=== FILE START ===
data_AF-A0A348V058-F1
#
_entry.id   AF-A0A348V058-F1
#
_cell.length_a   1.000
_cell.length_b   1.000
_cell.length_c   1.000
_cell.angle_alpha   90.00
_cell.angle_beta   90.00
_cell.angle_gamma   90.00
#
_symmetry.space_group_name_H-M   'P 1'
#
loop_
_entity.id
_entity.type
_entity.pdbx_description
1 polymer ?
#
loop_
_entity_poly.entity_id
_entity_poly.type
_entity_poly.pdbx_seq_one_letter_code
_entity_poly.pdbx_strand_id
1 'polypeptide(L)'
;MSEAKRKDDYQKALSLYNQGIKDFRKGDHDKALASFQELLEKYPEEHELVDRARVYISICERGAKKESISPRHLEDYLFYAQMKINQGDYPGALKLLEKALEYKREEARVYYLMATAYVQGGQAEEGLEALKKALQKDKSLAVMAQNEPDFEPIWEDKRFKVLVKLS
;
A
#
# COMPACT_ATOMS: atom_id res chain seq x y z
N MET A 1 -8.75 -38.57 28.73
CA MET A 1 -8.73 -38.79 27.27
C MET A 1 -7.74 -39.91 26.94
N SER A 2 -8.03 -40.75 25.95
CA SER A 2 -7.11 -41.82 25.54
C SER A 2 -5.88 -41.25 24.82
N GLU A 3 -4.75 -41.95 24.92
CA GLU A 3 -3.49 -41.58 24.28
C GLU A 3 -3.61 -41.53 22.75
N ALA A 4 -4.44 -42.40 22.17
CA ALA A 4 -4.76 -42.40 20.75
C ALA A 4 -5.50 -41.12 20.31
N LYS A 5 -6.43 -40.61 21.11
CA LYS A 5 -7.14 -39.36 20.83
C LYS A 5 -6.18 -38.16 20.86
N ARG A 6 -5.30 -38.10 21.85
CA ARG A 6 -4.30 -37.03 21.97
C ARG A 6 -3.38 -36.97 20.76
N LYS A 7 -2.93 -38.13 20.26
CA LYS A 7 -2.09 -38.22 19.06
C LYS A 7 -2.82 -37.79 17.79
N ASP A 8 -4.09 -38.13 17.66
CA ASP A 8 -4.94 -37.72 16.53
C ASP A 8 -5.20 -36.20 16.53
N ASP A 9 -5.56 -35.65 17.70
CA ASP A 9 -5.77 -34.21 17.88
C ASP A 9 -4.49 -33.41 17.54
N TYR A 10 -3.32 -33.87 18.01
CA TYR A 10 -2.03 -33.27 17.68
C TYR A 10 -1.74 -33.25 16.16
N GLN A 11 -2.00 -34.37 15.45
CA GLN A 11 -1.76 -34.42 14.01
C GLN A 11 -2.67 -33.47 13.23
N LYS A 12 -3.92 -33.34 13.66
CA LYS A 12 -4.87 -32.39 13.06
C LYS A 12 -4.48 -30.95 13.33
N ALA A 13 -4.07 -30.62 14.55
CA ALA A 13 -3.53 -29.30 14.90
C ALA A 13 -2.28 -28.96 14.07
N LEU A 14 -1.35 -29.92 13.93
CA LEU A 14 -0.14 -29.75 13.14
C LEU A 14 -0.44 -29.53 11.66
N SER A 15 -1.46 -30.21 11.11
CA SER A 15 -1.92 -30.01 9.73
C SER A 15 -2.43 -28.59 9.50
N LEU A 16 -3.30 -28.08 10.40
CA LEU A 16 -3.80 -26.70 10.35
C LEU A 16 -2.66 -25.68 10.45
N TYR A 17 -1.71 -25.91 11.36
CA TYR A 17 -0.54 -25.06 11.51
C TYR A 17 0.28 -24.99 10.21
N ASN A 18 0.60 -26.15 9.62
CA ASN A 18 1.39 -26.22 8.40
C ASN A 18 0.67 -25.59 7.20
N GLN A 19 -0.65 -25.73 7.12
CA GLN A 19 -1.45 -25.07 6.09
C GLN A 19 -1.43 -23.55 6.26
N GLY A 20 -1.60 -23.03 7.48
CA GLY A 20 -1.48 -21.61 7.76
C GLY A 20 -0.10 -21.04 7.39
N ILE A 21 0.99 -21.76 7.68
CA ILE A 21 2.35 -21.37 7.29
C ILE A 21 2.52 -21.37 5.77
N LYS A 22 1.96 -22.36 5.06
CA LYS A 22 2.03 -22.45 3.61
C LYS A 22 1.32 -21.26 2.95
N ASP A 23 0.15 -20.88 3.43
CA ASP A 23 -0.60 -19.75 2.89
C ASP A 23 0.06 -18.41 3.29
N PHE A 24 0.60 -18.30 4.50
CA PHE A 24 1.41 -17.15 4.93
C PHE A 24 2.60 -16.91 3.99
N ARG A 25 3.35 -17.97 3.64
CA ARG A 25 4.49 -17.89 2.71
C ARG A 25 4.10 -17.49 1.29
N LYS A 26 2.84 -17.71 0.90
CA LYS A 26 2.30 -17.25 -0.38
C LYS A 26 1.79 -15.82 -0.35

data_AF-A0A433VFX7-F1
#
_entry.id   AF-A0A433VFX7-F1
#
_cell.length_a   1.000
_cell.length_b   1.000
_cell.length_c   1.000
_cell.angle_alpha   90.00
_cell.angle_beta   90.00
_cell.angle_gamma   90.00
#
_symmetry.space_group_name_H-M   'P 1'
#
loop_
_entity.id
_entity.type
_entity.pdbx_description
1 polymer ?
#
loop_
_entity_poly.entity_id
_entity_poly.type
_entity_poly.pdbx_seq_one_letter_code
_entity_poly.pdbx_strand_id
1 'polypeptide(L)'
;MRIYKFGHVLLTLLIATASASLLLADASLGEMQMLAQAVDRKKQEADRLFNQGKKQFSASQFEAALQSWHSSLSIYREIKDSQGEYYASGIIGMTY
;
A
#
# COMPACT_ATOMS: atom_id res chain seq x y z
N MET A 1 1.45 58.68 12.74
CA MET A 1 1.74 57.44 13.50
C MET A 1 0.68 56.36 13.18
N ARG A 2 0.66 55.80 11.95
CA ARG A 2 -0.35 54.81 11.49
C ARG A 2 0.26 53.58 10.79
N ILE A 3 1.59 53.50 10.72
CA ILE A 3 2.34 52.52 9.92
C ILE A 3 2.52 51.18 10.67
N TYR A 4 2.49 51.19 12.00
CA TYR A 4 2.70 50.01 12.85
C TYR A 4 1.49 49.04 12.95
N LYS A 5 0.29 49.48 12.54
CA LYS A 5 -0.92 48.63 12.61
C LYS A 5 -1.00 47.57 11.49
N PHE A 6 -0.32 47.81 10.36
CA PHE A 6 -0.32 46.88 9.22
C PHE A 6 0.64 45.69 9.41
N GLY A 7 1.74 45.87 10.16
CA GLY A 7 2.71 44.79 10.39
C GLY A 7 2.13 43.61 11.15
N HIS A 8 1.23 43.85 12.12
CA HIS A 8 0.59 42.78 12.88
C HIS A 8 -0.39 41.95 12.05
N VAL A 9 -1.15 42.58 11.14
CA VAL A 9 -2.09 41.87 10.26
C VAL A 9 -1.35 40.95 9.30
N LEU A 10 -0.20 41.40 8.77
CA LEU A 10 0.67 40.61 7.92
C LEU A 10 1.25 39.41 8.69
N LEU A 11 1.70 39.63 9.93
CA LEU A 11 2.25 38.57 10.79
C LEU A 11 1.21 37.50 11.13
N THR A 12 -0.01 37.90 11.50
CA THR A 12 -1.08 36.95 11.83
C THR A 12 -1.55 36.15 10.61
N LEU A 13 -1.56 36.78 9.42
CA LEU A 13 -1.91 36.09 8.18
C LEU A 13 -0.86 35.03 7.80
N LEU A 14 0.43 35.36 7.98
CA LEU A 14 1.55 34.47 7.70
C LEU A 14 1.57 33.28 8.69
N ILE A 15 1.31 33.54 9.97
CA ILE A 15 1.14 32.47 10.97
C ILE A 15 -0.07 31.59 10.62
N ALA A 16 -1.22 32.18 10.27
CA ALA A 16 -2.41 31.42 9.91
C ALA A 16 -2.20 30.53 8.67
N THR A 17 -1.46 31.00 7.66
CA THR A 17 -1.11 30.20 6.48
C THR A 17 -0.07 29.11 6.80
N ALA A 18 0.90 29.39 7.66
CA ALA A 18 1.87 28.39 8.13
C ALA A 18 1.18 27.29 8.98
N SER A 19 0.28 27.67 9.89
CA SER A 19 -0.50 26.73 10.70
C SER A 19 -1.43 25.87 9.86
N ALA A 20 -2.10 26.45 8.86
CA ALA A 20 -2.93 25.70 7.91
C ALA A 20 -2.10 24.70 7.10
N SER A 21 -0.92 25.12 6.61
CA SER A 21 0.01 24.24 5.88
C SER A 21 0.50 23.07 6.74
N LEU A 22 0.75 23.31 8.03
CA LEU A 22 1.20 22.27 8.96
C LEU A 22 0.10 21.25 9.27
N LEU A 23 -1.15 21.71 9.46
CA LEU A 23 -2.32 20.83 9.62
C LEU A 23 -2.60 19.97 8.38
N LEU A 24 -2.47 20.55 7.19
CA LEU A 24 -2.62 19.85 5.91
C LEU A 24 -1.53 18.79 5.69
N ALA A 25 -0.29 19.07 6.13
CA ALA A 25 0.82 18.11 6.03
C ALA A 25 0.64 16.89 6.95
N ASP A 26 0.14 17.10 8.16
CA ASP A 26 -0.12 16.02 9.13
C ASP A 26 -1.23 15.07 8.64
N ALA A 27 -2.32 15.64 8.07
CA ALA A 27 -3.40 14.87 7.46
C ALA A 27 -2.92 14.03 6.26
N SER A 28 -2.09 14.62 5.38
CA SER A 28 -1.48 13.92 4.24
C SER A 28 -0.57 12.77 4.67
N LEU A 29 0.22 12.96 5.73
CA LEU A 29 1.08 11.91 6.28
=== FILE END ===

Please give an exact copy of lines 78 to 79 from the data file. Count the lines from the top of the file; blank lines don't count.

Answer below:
C LEU A 16 -2.66 -25.68 10.45
N TYR A 17 -1.71 -25.91 11.36